In recent years, wireless charging has become more commonly available in our daily lives. Already over 500 types of devices, including phones, are in the market which can be charged wirelessly. You may have been using wireless charging for many years already if you possess an electrical toothbrush: you just put it on the holder and it starts charging.
The principle to charge your smartphone or smartwatch wirelessly is the same: just put your phone on a charging pad or wireless charging sweet spot and it starts charging. Very convenient, no need to connect a cable first. But how does wireless charging actually work?
How wireless charging works
How can energy be transferred through air from one part to the other? The way wireless charging works is by something which is called magnetic induction. Firstly discovered in the 1830’s by Michael Faraday, he discovered that when you move a permanent magnet in and out of a single loop of wire, it induces a voltage. Linking electricity with magnetism. Let’s explain by conducting an experiment:
DIY experiment: how wireless charging works
Seeing is believing, do try this at home:
Take a permanent magnet – like the ones you stick on your fridge;
Connect a light bulb to a simple loop of copper wire;
Move the magnet quickly back and forth, bringing it closer and further away from the loop;
The bulb will start lighting up a little!
So what just happened? Why did the bulb light up? By bringing the magnet back and forth, you change the magnetic field experienced by the loop, which induces a voltage in the loop. The voltage created is in some way comparable to the voltage of a battery.
How does wireless charing work with induction?
Induction coils inside a wireless charger
Basically, wireless charging your toothbrush, smartphone or any other device works similar as we just showed with the light bulb. In practice, we don’t have a moving magnet but we do have another loop of copper wire, a so-called induction coil, which will carry a changing current at high frequency.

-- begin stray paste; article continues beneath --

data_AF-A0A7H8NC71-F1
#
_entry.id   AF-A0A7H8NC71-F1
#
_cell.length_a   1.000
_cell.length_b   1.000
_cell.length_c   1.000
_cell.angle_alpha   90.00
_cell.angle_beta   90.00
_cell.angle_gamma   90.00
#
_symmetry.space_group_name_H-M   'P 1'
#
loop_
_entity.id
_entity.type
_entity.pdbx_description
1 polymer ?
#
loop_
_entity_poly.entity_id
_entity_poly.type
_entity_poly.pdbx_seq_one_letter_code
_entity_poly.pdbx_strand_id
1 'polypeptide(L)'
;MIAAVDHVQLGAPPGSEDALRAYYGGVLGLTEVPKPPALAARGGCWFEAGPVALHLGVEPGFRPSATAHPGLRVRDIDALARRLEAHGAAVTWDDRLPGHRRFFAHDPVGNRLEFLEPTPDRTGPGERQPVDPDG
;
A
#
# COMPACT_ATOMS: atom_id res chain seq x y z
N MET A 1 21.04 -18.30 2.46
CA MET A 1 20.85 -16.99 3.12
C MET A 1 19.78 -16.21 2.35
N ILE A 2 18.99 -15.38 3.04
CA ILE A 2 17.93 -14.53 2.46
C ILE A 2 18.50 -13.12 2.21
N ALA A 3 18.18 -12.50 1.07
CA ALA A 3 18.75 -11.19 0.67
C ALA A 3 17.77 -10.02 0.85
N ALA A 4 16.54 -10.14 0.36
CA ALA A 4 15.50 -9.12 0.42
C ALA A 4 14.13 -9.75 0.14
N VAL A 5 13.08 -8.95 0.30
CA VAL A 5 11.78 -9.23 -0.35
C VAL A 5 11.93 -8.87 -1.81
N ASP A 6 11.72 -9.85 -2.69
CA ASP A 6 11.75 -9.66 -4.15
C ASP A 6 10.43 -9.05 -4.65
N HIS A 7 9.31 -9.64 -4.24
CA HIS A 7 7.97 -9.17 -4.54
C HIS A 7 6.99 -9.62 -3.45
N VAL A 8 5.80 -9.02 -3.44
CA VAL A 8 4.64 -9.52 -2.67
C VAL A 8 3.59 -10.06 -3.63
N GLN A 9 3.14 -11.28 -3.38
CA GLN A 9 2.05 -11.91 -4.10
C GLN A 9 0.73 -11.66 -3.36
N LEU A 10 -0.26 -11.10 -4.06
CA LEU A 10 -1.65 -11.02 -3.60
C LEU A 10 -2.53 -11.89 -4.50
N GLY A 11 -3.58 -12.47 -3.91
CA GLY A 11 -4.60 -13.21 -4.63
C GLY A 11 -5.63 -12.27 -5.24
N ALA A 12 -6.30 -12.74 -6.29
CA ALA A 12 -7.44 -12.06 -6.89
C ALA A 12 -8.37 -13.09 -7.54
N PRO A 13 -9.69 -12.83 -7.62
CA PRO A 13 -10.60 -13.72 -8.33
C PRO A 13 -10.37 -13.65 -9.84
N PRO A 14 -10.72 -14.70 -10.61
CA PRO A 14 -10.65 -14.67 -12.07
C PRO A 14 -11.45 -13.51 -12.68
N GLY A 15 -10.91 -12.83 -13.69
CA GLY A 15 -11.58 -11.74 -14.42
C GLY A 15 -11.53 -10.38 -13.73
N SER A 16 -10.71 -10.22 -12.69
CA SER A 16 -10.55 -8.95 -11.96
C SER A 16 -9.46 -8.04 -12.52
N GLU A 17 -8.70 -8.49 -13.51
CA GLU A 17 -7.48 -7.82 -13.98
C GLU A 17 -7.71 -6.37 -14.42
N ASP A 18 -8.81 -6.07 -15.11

This changing current generates the changing magnetic field. This part of the wireless charging system is called the “transmitter”. The part inside your phone, smartwatch or toothbrush is called the “receiver” and is charged in the same way as the light bulb.
Is wireless charging safe?
Magnetism or magnetic fields are always perceived as being a bit mysterious because you can’t see them, you can’t feel them and you can’t smell them. To build an efficient wireless charging system, you need to limit the magnetic field closely around the copper wire loops.
This is done by special materials, called ferrites, which are conducting the magnetic field very well, much better than air does. Therefore, the magnetic field has a preference to flow though the ferrite instead of through the air. Because of that, hardly any field comes out of the wireless charging system and is therefore inherently safe.
And what if I put a piece of metal on the transmitter?
Magnetic fields can heat up metals just like an induction cooker heats a pan. However, the transmitter of a wireless charging system can detect if a piece of metal is located on its surface. In case it does, the transmitter either does not start at all or shuts down. So apart from power transfer, there is communication between the transmitter and receiver. Among others, the communication ensures that wireless charging will only take place if the right receiver is put on the transmitter. The magnetic field is present only then.
Furthermore, wireless charging systems must obey a set of rules and regulations related to electromagnetic interference (EMI/EMC), sometimes also called “radio disturbance”, and magnetic fields. All products of course meet these rules and regulations. So, is wireless power safe? Yes, all kinds of precautions have been taken to make sure that it is.
Wireless charging versus cabled charging
Is wireless power just as fast as power through wires? Well, it’s all about power. A 5W wireless charging system can deliver up to 5W of power to your phone battery. This is like a 5V/1A USB outlet and therefore it’s just as fast as wired charging.
Latest developments in wireless charging enable to charge even faster: up to 15W of power can be delivered to your phone. This will significantly reduce charging time and “battery anxiety”.
Can I charge my smartphone wirelessly?
Today, over a 100 models of phones with wireless charging compatibility are in the market. If you want to find out if your phone has wireless charging included, first check to see if your phone supports the Qi technology.
You can also check out the list of Qi enabled phones on our website. If your phone does not have wireless charging included, you might enable wireless charging by an add-on like a case or a sleeve.
Smartphones with Qi technology integrated (no sleeve needed)